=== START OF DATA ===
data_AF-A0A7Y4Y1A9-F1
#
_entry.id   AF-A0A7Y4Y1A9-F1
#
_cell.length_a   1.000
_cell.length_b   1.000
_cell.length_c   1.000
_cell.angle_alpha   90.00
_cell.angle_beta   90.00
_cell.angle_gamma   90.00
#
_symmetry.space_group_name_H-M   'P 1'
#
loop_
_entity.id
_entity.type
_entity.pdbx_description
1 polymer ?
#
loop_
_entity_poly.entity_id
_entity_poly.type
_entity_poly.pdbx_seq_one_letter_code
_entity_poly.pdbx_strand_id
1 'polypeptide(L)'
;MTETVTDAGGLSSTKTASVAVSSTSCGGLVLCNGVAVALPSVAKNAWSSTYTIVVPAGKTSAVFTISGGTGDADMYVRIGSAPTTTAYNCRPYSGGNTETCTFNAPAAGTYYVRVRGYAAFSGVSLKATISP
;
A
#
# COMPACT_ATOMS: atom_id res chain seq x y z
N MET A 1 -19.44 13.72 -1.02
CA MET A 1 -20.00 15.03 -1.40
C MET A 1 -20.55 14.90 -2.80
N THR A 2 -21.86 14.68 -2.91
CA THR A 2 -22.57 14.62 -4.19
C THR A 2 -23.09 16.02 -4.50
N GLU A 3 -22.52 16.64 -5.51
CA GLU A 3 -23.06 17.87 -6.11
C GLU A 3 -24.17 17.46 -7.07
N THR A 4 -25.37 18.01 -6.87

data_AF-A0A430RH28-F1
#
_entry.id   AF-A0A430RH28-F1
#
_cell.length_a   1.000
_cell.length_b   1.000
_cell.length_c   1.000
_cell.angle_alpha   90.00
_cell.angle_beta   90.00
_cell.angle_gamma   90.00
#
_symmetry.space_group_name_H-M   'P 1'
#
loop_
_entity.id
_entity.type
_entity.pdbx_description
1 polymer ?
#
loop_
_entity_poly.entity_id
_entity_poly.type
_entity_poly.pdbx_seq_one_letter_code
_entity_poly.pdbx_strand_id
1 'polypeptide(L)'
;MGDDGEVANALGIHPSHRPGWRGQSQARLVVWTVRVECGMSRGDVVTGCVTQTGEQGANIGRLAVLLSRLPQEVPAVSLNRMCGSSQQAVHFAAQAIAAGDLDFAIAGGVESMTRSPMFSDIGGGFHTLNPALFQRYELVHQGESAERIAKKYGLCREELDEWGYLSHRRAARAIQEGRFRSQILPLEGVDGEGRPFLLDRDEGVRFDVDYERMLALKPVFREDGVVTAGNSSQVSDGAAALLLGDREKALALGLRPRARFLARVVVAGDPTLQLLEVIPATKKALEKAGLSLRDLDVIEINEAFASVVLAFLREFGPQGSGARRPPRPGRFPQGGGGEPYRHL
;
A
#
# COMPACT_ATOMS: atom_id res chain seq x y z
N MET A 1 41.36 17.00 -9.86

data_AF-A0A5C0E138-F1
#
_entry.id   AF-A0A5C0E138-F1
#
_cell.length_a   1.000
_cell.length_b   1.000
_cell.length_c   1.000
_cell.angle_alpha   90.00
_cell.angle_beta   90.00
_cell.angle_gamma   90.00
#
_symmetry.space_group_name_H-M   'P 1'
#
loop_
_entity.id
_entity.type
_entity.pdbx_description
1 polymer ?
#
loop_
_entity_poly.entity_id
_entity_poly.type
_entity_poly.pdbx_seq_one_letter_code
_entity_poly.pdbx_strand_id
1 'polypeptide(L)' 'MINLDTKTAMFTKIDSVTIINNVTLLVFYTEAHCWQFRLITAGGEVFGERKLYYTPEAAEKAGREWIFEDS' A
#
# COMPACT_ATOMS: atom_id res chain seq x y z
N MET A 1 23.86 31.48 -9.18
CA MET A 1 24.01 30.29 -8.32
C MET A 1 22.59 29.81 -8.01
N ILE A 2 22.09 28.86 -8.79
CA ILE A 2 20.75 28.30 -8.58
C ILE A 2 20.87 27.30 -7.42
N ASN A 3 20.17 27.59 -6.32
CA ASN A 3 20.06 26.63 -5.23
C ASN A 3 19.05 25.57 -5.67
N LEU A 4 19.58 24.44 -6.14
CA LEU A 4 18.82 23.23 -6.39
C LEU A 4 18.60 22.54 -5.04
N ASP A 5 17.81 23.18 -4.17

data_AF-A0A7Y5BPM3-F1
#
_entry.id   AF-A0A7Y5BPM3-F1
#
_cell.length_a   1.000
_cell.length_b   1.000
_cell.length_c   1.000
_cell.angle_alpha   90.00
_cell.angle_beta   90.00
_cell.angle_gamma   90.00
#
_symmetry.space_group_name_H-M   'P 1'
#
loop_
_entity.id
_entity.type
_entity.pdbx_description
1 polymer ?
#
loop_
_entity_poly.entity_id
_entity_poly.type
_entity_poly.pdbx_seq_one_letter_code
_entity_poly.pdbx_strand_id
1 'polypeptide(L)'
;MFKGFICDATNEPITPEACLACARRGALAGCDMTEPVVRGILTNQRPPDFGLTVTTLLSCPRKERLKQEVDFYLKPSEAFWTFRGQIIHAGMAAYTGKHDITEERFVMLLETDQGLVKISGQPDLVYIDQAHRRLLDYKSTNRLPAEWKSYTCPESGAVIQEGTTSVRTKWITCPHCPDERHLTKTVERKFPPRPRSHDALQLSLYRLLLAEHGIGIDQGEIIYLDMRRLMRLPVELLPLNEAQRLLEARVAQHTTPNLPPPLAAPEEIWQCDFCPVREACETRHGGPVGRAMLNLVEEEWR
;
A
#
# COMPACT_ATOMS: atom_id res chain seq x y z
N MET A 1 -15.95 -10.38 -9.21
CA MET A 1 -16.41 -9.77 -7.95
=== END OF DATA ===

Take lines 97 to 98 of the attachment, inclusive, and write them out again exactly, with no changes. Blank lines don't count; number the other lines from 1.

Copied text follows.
#
# COMPACT_ATOMS: atom_id res chain seq x y z